When I was an employment consultant both in Australia and the UK, I had met many types of people who were on welfare. It did not matter which country it was, the excuses as to why someone didn’t want to work were usually similar. From those who were in a generational welfare cycle, to others who had low self-belief about their own abilities and self-worth. Then there were those with mental or physical disabilities who were uncertain how they will fit in, others who were battling various drug addictions, and then a few who had a fear of letting go of depending on the government. And I have no doubt that you have shared a similar experience yourself if you work in employment services. In the UK in particular, at times people were worse off financially if they got into minimum wage employment, as the wages back in 2012 were not that high. So, after doing a better-off calculation, some people were going to be short 30 to 50 pounds a month if they decided to take a role. Many times, I had to work on other intrinsic factors beyond the wages. But of course, I also had to show them a plan of how they can progress in a career and earn more through doing the time and experience. I can tell you that I’ve seen even the most unexpected person who was so attached to their government cheque, have a change of heart, and go into employment. What I did was coach people out of a poverty and dependence mindset, into one of self-worthiness and ambition. This was by simply helping them create compelling futures and believe that it is possible. I was able to sell them the idea that working creates a sense of meaning. Humans by nature need two things to lead fulfilling lives. These are mastery and purpose. Without these two elements, they will eventually suffer mentally. Life will become monotonous, if they are not mastering new skills, and progressing. Without work, and accomplishing goals, many times life will lack meaning In fact, there are many reports and studies that showed various people who became depressed soon after they retired. Hobbies and interests turned out not to be as rewarding as retirees had imagined. Among many other factors, not having a routine, challenging goals to work towards and the lack of ‘sense of achievement’ combined, affected the retiree's mental wellbeing. But of course, it needs to be the right job suited to the individual’s skills, abilities, and interests. But most importantly, in a culture that aligns with their own values. So, when communicating with a jobseeker who doesn’t want to work, here are a few simple things that you can aim for:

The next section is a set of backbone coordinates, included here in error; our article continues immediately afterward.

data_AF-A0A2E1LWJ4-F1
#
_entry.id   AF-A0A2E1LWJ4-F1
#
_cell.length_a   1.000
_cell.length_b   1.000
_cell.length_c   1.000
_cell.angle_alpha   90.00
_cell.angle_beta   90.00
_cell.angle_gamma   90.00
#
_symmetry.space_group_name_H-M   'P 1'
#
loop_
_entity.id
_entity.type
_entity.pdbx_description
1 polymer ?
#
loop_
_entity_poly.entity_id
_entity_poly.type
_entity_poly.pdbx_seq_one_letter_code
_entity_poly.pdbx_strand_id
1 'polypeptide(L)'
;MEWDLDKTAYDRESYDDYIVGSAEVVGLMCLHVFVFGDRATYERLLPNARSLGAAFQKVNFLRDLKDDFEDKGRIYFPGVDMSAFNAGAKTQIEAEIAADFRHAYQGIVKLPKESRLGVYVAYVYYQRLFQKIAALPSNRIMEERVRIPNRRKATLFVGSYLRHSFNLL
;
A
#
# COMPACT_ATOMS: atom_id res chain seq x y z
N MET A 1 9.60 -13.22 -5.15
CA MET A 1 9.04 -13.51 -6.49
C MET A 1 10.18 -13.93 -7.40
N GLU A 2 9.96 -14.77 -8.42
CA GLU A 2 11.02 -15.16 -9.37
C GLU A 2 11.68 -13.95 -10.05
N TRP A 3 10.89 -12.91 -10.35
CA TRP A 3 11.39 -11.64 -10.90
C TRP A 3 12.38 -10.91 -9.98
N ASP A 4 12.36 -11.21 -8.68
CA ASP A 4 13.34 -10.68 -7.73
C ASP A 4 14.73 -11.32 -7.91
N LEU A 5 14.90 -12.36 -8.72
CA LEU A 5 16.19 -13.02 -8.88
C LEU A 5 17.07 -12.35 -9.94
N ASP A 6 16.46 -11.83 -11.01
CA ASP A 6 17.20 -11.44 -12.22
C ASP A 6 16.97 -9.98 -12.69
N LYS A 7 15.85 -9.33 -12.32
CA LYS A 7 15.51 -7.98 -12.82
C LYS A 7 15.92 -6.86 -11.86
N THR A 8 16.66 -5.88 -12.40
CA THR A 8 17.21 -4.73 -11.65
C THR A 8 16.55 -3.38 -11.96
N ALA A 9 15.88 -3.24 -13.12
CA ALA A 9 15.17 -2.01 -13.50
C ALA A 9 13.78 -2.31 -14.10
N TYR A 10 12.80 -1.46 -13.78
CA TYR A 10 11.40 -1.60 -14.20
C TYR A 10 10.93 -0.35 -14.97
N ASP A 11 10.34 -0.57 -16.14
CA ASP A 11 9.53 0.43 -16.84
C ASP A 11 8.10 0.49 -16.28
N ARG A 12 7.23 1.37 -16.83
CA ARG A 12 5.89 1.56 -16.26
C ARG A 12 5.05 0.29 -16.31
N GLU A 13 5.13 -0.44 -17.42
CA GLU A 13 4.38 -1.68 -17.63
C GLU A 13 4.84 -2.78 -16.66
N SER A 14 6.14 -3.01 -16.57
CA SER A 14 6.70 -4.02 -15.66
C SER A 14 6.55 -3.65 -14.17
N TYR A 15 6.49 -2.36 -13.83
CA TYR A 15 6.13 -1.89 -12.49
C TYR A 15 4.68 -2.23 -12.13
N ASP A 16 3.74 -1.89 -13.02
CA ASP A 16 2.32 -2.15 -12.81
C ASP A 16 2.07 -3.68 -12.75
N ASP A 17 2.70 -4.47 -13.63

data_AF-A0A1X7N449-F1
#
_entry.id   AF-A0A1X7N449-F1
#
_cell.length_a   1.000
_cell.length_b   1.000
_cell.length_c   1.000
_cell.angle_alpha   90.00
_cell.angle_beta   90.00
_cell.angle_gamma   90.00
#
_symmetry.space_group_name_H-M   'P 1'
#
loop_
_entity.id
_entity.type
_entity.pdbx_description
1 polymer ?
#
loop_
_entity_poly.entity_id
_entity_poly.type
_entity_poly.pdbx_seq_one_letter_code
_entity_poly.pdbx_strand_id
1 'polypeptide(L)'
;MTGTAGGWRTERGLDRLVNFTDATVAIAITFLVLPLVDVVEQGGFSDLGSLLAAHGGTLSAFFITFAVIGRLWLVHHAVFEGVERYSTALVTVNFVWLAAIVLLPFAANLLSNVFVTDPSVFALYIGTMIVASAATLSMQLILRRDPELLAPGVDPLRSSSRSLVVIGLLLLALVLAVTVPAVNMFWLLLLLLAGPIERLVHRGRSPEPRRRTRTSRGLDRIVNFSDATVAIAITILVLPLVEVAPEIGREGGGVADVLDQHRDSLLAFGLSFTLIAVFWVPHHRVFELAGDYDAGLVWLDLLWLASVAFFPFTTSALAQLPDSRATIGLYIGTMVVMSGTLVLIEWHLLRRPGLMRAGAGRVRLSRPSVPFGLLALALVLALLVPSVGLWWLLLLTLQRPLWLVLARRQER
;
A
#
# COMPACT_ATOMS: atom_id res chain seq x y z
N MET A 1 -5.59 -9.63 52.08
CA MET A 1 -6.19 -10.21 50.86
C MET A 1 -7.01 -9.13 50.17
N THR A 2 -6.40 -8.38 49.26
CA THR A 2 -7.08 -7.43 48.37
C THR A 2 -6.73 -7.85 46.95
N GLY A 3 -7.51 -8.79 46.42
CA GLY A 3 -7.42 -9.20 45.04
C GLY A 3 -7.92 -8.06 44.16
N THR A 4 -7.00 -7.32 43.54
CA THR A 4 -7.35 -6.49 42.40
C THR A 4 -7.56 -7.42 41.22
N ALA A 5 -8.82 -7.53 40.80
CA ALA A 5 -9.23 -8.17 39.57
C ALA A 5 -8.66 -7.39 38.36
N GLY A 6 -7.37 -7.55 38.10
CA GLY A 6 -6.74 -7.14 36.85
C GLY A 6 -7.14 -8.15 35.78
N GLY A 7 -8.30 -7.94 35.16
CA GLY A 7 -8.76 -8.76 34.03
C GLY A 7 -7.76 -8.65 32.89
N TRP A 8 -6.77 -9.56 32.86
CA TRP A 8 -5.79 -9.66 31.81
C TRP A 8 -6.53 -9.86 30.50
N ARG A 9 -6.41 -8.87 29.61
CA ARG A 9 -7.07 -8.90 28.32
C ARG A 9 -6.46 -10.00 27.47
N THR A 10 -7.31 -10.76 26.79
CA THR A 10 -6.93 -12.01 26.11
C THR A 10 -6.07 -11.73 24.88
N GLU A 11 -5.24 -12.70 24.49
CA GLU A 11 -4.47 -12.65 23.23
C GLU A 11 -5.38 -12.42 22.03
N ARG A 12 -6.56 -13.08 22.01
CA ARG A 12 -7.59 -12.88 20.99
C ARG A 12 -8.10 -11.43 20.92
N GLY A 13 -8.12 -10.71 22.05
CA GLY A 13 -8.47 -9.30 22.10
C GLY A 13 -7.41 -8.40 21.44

Always be open that anyone can change. I have met people who at one point were in prison, drug addicts or homeless who are now successful CEOs.
Find out their values and what is important. Communicate to them in the language of their values.
Help them set compelling goals. Who knows, even a simple goal such as to someday travel the world or meet a life partner, could inspire them to want to work.
Help them visualise compelling futures.
Help them develop their self-belief and self-worth. Sometimes it’s as simple as you demonstrating that you believe in them.
Ask them questions in order to help them create unique insights. This will help them feel empowered.
In saying all of this, I am in no way suggesting that you act as a psychologist. But I personally know that a quick 30-minute focused coaching discussion helping someone develop self-belief and envision an exciting future can make all of the difference.
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